Gatsby Color Symbolism

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Color symbolism in The Great Gatsby
Color is all around us. Color has the power to influence our moods negatively of positively. In many cases, color can have a deeper meaning than it originally suggests, and can symbolize a person, place, or mood. In F. Scott Fitzgerald’s novel The Great Gatsby Jay Gatsby is a wealthy man who throws giant parties for the sole purpose of meeting the beautiful Daisy Buchanan. His love interest in her is fueled by the support of the narrator of the story, Nick Carraway. Since Nick is Daisy’s cousin, he can make Gatsby and Daisy more accessible to each other by being the middle man. Various colors are used in the novel to illustrate the themes and ideas of the novel. Color symbolism plays an important role through the novel.
In The Great Gatsby, green is one of the most often used symbolic colors. The symbolic meaning of green in this novel is associated with envy. The narrator, Nick Carraway, is outside in the dark watching Mr. Gatsby and looks out towards the sea to see “nothing but a single green light, minute and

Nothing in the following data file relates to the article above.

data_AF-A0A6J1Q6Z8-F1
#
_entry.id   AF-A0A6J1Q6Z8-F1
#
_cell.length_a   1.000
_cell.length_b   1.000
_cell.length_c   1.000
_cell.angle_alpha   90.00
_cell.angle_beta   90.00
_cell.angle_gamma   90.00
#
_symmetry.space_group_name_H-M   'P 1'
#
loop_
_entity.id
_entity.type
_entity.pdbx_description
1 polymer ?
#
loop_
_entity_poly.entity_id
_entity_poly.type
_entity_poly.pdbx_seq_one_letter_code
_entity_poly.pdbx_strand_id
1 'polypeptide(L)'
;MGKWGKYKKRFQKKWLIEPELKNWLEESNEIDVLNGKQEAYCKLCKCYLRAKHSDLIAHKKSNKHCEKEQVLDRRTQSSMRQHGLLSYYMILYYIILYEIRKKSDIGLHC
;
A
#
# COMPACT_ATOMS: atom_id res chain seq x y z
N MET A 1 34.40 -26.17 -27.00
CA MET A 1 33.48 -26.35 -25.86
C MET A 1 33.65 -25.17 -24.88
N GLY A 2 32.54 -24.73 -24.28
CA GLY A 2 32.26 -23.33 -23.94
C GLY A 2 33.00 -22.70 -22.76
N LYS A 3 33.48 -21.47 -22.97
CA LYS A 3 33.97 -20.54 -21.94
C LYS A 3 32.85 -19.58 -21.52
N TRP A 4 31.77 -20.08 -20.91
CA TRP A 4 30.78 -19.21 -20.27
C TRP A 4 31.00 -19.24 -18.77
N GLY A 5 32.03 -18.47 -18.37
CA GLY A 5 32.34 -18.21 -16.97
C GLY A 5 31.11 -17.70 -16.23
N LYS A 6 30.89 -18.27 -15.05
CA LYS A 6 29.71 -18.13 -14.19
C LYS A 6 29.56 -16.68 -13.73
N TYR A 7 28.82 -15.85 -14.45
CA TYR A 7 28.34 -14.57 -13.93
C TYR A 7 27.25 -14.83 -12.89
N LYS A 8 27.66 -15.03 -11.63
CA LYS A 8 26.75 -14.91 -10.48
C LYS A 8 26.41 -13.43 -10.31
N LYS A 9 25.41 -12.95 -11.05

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The author does not simply place a color in a significant area with no deeper meaning. It usually reflects the type of mood and surroundings that certain color is in. The Great Gatsby is dominated in every chapter by the use of different colors in different parts of the Long Island area, with the colors being vibrant and large until they reach a sudden stop at the Valley of Ashes. “The valley of ashes is bounded on one side by a small foul river, and, when the drawbridge is up to let the barges through, the passengers on waiting trains can stare at the dismal scene for as long as a half an hour” (Fitzgerald 24). This shows a sudden change to a black, gloomy setting. Without these deeper meanings, The Great Gatsby would be a much simpler
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